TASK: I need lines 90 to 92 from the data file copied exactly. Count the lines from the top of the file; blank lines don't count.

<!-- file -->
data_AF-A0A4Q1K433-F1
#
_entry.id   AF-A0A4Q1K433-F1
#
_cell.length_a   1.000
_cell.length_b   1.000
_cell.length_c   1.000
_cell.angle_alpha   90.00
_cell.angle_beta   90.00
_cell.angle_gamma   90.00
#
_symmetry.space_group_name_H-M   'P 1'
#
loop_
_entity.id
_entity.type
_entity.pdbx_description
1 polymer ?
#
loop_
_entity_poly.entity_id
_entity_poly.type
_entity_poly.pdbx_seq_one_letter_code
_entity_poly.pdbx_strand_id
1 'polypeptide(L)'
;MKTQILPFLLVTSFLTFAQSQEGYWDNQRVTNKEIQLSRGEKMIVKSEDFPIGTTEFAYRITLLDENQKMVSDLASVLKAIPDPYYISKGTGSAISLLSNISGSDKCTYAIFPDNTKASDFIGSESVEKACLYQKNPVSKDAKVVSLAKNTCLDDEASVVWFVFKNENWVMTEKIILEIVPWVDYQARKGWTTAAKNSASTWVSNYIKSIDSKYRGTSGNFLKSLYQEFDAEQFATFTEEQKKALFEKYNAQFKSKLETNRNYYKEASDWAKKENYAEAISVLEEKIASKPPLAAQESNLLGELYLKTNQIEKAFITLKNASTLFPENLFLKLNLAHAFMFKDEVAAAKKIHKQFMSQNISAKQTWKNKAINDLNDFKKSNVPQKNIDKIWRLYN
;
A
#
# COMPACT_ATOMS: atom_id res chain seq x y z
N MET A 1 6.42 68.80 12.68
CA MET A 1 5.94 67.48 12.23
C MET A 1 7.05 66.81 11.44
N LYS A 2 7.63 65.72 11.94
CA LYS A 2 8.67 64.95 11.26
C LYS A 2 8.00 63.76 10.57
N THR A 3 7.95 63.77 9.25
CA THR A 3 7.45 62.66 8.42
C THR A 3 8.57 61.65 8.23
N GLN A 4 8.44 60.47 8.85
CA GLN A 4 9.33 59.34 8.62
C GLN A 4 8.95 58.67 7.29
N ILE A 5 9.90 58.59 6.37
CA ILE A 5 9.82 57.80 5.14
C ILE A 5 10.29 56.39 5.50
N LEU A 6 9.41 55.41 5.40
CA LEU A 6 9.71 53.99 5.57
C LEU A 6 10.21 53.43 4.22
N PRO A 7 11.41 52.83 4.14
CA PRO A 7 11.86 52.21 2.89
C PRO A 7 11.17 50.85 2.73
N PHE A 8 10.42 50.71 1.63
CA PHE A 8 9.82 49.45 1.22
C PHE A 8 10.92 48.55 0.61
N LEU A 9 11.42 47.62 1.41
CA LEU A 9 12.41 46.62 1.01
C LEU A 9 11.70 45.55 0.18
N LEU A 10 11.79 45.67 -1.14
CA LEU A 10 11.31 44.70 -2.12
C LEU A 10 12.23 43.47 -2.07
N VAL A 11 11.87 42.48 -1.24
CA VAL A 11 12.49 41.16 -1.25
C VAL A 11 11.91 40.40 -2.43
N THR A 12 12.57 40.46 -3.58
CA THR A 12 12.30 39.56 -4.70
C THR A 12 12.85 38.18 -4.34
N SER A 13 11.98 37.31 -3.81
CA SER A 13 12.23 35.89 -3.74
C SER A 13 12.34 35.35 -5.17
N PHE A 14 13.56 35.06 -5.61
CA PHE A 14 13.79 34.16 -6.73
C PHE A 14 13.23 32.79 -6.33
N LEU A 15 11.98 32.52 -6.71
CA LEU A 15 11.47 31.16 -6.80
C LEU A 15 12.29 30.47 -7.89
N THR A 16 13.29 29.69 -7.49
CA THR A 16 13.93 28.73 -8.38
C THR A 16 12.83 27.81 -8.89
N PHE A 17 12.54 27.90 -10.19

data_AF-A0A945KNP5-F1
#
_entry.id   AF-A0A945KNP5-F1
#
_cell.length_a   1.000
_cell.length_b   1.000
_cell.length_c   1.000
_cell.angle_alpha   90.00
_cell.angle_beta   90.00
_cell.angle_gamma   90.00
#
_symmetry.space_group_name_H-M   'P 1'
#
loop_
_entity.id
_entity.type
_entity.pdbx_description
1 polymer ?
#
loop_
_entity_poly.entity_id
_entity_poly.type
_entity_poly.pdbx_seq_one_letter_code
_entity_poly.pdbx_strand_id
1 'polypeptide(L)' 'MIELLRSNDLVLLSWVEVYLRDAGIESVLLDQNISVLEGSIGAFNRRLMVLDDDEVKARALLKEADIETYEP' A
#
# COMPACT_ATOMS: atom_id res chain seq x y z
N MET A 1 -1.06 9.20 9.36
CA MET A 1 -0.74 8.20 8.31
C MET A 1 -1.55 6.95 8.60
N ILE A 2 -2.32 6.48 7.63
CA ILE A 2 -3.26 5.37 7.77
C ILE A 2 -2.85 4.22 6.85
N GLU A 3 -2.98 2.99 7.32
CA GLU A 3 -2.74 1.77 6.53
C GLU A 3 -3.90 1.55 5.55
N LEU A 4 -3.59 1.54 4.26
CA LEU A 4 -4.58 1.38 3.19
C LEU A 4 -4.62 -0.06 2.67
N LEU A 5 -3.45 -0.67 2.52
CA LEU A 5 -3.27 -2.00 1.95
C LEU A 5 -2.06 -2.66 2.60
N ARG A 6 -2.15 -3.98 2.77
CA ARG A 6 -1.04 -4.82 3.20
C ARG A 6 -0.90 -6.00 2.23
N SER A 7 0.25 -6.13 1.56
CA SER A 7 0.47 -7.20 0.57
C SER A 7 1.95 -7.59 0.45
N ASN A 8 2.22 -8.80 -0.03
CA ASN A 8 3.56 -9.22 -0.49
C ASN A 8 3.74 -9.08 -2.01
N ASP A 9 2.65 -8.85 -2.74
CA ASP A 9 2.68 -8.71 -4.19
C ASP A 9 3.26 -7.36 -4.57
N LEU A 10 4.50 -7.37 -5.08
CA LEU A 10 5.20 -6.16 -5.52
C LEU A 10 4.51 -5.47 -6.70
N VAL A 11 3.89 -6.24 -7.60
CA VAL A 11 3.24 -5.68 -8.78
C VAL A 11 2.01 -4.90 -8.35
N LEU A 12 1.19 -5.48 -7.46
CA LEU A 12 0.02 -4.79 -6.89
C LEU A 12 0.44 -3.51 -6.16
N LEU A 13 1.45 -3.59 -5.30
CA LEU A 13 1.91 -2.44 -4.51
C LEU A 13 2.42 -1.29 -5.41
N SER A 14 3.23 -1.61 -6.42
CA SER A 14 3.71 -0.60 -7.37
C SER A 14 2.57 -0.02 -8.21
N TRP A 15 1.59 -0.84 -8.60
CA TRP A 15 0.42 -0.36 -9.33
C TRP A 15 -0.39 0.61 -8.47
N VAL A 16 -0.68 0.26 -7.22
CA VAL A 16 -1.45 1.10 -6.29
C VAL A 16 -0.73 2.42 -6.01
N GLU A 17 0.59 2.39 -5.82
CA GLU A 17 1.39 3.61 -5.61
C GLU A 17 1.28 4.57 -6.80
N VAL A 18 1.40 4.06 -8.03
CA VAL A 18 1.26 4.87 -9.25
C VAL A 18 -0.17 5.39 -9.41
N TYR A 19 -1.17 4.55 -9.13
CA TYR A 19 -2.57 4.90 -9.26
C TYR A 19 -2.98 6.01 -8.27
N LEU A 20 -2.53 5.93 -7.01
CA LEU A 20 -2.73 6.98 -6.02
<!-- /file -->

#
_symmetry.space_group_name_H-M   'P 1'
#